Article 21 of the Constitution said that no one will be deprive of his life or personal liberty except procedure established by law.
After the decision in Maneka Gandhi’s case, a highly activist magnitude and Article 21 embodies a constitutional value of supreme importance in a democratic society. It provides that no one shall be deprived of his life or personal liberty except according to procedure established by law and such procedure shall be reasonable fair, and just.
Ambit of the Right to life
Now what is the true scope and ambit of the right to life guaranteed under this Article?
The supreme court in the case of “Francis Coralie Mullin v. Administration of Union Territory Delhi, 1981’, said that,
“While arriving at the proper meaning and content of the right to life, we must remember that it is a constitutional provision which we are expounding and moreover it is a provision enacting a Fundamental right and the attempt of the court should always be to expand the reach and ambit of the Fundamental right rather than to attenuate its meaning and content.”
The court referred the luminous guideline in the interpretation of a constitutional provision, provided by the Supreme Court of United States in Weems v. U. S. 54 Lawyers Edition 801.
“Legislation, both statutory and constitutional is enacted, it is true, from an experience of evils, but- its general language should not, therefore, be necessarily confined to the form that evil had, therefore taken. Time works changes, brings into existence new conditions and purposes. Therefore, a principle, to be vital, must be capable of wider application than mischief which gave it birth. This is peculiarly true of constitutions. They are not ephemeral enactments designed to meet passing occasions.
They are, to use the words of Chief Justice Marshall, “designed to approach immorality as nearly as human institutions can approach it” The future is their care, and provisions for events of good and bad tendencies of which no prophecy can be made. In the application of a constitution, therefore, our contemplation cannot be only of what has been, but of what may be. Under any other rule a constitution would indeed be as easy of application as it would be deficient in efficacy and power. Its general principles would have little value, and be converted by precedent into important and lifeless formulas. Rights declared in the words might be lost in reality. And this has been recognized. The meaning and vitality of the Constitution have developed against narrow and restrictive construction.”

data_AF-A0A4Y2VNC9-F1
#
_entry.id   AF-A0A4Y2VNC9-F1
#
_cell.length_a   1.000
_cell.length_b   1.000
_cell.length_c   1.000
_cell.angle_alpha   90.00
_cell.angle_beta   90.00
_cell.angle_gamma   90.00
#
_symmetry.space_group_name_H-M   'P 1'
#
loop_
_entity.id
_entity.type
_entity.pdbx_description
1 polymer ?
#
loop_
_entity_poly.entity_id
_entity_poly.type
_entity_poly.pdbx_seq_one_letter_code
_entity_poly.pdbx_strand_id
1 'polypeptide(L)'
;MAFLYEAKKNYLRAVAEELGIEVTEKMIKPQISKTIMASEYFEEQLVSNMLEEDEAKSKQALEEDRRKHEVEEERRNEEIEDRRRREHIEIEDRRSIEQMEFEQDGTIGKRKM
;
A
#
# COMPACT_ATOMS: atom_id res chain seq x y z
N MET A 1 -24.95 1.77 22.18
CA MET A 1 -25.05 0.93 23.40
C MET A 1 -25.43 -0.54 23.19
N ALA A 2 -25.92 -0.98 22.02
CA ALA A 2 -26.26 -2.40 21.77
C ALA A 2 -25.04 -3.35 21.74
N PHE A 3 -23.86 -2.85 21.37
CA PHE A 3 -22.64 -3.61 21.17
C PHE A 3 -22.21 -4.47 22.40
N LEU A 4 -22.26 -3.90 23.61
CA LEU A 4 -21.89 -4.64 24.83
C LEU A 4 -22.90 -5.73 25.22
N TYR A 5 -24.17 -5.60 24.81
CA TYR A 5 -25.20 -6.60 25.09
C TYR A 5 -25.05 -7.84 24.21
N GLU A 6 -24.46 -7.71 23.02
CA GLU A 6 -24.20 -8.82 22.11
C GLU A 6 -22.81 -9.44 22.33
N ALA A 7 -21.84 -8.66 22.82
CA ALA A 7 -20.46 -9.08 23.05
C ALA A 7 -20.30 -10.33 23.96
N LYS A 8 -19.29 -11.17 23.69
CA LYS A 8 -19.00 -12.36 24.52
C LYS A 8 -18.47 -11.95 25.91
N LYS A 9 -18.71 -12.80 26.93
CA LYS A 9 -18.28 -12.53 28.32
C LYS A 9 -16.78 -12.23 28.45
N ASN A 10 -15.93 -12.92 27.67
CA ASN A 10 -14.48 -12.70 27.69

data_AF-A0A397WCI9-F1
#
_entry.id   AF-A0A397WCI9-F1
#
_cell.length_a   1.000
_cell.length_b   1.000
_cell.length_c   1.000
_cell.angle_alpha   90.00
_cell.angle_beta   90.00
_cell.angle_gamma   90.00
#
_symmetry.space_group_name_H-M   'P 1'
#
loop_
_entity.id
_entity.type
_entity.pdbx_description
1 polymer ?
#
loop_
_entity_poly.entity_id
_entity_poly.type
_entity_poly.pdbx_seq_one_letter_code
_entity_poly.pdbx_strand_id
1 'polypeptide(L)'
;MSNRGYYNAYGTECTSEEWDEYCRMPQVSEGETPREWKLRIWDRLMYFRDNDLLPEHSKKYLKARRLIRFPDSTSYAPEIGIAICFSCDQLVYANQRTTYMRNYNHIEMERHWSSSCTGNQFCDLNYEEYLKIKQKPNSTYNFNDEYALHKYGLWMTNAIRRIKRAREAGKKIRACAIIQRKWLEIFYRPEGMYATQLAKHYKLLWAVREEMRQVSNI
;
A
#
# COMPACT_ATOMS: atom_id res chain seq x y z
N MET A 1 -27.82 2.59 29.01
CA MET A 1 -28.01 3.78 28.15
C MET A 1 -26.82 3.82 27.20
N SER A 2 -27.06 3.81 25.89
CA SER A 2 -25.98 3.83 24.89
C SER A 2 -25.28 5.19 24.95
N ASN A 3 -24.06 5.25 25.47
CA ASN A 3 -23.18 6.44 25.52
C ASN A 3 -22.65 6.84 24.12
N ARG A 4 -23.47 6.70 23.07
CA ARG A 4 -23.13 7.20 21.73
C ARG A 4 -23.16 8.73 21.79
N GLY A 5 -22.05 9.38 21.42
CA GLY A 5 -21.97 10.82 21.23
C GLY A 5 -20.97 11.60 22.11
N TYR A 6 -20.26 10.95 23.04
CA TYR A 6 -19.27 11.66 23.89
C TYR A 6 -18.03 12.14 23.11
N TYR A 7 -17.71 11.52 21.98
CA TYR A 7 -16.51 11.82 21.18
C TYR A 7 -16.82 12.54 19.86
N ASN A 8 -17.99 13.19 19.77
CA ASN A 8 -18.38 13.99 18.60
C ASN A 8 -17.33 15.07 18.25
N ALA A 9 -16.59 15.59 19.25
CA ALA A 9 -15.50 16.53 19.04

This principle of interpretation which requires that a Constitutional provision must be construed, not in a narrow and constricted sense but in a wide and liberal manner so as to anticipate and take account of changing conditions and purposes so that the Constitutional provision does not get atrophied or fossilized but remains flexible enough to meet the newly emerging problems and challenges, applies with greater force in relation to a fundamental right enacted by the Constitution.
The fundamental right to life which is the most precious human right and which forms the ark of all other rights must therefore be interpreted in a broad and expansive spirit so as to invest it with significance and vitality which may endure for years to come and enhance the dignity of the individual and the worth of the human person.
Life is more than animal existence
Now obviously, the right to life enshrined in Article 21 cannot be restricted to mere animal existence. It means something much more than just physical survival.
In Kharak Singh v. State of Uttar Pradesh Subba Rao J. quoted with approval the following passage from the judgment of Field J. in Munn v. Illinois to emphasize the quality of life covered by Article 21:
“By the term “life” as here used something more is meant than mere animal existence. The inhibition against its deprivation extends to all those limbs and faculties by which life is enjoyed. The provision equally prohibits the mutilation of the body or amputation of an arm or leg or the putting out of an eye or the destruction of any other organ of the body through which the soul communicates with the outer world.”
And this passage was again accepted as laying down the correct law by the Constitution Bench of this Court in the first Sunil Batra case.
Every limb or faculty through which life is enjoyed is thus protected by Article 21 and a fortiorari, this would include the faculties of thinking and feeling. Now deprivation which is inhibited by Article 21 may be total or partial, neither any limb or faculty can be totally destroyed nor can it be partially damaged. Moreover, it is every kind of deprivation that is hit by Article 21, whether such deprivation be permanent or temporary and, furthermore, deprivation is not an act which is complete once and for all: it is a continuing act and so long as it lasts, it must be in accordance with procedure established by law.